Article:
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Amit Munshi, Arena

One of Are­na's top drugs flops in a PhI­Ib study for IBS pain. But re­searchers tease out a pos­si­ble path for­ward as CEO ex­plores 's­trate­gic op­tion­s'

Four years ago, when Arena CEO Amit Munshi cut its ties to a troubled weight drug and doubled down on the pipeline, a cannabinoid receptor 2 agonist figured prominently in the biotech’s future. On Tuesday evening, however, Munshi’s high hopes for the drug took a nasty hit after it failed a Phase IIb study for patients with irritable bowel syndrome pain.

Put through a randomized pace with 273 patients, researchers said it flat failed the primary endpoint among the large group with abdominal pain. But they quickly went on to highlight subgroup data, always a tricky and controversial ploy, where they spotlighted a positive p value for patients with moderate to severe pain who received the high dose of the drug — one of 3 provided in the study.

Af­ter bail­ing on Covid-19 vac­cines, Mer­ck will team up with J&J to pro­duce its shot as part of un­usu­al Big Phar­ma pact

Merck took a big gamble when it opted to jump into the Covid-19 vaccine race late, and made an equally momentous decision to back out in late January. Now, looking to chip in on the effort, Merck reportedly agreed to team up with one of the companies that has already crossed the finish line.

President Joe Biden on Tuesday is expected to announce a partnership between drugmakers Merck and Johnson & Johnson to jointly produce J&J’s recombinant protein Covid-19 vaccine that received the FDA’s emergency use authorization Saturday, the Washington Post reported.

Ab­b­Vie tees up a biotech buy­out af­ter siz­ing up their Parkin­son's drug spun out of Ke­van Shokat's lab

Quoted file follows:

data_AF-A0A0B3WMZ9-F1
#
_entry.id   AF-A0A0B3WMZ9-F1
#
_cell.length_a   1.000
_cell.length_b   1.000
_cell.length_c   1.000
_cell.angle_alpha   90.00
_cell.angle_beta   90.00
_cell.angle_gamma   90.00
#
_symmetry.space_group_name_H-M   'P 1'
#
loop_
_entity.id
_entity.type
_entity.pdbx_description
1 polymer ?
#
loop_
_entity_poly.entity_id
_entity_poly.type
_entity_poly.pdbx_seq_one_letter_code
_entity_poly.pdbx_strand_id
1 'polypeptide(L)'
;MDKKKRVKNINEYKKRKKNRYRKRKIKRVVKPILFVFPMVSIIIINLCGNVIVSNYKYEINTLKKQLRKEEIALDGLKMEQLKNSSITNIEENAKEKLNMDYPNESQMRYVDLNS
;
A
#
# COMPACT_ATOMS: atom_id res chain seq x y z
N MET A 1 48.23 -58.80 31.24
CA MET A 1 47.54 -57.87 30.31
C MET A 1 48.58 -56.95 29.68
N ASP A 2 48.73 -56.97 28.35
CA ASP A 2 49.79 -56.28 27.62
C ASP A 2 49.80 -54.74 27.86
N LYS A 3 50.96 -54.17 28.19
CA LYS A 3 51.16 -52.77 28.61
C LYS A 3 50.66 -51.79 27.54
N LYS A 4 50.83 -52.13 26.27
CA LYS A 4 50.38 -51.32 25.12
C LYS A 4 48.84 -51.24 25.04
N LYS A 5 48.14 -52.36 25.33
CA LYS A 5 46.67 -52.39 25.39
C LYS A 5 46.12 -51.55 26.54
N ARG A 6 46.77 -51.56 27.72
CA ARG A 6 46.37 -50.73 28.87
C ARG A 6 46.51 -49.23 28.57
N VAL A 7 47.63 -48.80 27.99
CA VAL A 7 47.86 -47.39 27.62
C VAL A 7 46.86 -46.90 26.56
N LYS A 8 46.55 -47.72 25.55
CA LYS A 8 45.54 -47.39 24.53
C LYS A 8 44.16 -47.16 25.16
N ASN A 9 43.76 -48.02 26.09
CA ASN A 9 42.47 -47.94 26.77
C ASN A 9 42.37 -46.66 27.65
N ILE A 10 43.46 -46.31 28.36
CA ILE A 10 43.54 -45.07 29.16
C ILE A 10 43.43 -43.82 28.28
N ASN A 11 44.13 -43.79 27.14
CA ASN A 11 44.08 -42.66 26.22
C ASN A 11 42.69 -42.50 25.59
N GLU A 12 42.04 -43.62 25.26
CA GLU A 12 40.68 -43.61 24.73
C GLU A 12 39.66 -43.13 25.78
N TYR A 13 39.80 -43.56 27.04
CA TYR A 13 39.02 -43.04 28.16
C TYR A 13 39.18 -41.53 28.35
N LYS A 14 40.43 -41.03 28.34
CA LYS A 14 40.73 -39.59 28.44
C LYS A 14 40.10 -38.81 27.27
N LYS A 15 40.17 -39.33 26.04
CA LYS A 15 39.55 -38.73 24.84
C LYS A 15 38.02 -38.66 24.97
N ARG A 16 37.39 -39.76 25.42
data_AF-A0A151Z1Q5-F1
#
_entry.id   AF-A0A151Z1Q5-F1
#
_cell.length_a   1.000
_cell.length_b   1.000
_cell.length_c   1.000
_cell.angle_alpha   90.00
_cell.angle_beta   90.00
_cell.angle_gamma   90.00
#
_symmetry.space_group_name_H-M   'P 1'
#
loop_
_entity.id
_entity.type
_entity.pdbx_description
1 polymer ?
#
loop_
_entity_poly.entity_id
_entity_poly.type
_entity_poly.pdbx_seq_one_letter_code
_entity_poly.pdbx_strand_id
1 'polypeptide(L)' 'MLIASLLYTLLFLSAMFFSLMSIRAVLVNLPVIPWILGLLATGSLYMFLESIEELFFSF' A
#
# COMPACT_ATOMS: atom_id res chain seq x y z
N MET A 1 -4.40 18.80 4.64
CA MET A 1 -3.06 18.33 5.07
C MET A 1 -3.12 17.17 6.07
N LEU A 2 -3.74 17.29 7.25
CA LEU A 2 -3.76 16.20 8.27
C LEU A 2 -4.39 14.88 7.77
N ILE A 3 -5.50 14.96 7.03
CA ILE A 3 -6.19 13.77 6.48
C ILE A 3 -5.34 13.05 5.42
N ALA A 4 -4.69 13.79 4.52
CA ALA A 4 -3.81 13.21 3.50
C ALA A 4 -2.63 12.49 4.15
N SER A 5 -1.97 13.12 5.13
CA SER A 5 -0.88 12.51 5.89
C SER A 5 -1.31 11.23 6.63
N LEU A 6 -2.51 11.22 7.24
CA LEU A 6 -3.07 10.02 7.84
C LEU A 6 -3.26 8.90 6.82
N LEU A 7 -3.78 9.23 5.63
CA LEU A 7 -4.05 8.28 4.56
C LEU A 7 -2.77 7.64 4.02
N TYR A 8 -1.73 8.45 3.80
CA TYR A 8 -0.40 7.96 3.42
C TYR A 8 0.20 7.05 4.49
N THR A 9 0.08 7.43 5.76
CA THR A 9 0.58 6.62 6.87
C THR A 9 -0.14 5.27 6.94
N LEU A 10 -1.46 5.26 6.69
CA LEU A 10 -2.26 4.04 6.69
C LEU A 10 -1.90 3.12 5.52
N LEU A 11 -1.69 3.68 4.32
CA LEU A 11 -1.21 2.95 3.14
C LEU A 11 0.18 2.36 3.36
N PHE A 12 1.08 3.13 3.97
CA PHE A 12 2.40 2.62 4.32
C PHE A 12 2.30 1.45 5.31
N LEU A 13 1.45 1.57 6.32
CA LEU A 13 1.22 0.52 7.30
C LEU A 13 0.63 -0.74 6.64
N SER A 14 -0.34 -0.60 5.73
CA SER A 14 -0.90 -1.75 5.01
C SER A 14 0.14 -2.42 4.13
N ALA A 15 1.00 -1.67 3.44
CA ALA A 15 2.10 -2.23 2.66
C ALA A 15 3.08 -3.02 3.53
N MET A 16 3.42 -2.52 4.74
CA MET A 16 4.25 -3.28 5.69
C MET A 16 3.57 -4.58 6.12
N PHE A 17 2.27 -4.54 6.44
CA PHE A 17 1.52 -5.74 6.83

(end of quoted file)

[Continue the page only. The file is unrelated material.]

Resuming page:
AbbVie has teed up a small but intriguing biotech buyout after looking over the preclinical work it’s been doing in Parkinson’s disease.

The company is called Mitokinin, a Bay Area biotech spun out of the lab of UCSF’s Kevan Shokat, whose scientific explorations have formed the academic basis of a slew of startups in the biotech hub. One of Shokat’s PhD students in the lab, Nicholas Hertz, co-founded Mitokinin using their lab work on PINK1 suggesting that amping up its activity could play an important role in regulating the mitochondrial dysfunction contributing to Parkinson’s disease pathogenesis and progression.

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Fi­bro­Gen shares skid low­er as a sur­prise ad­comm rais­es risks on roxa OK

FibroGen will likely have to delay its US rollout for roxadustat once again.

In an unexpected move, the FDA is convening its Cardiovascular and Renal Drugs Advisory Committee to review the NDA in an advisory committee meeting. The date is yet to be confirmed.

Just a few weeks ago, SVB Leerink analyst Geoffrey Porges predicted that the roxa approval could come ahead of the PDUFA date on March 20 — effusive despite already being let down once by the FDA’s extension of its review back in December. AstraZeneca, which is partnered with FibroGen on the chronic kidney disease-related anemia drug, disclosed regulators had requested further clarifying analyses of clinical data.

In­tro­duc­ing End­pointsF­DA+, our new pre­mi­um week­ly reg­u­la­to­ry news re­port led by Zachary Bren­nan

CRLs. 483s. CBER, CDER and RWE. For biopharma professionals, these acronyms command attention because of the fundamental role FDA plays in drug development. Now Endpoints is doubling down on regulatory coverage, and launching a weekly report focusing on developments out of White Oak, with analysis and insight into what it all means.

Coverage will be led by our new senior editor, Zachary Brennan. He joins Endpoints from POLITICO, where he covered pharma. Prior to that he was the managing editor for Regulatory Focus, a news publication from the Regulatory Affairs Professionals Society.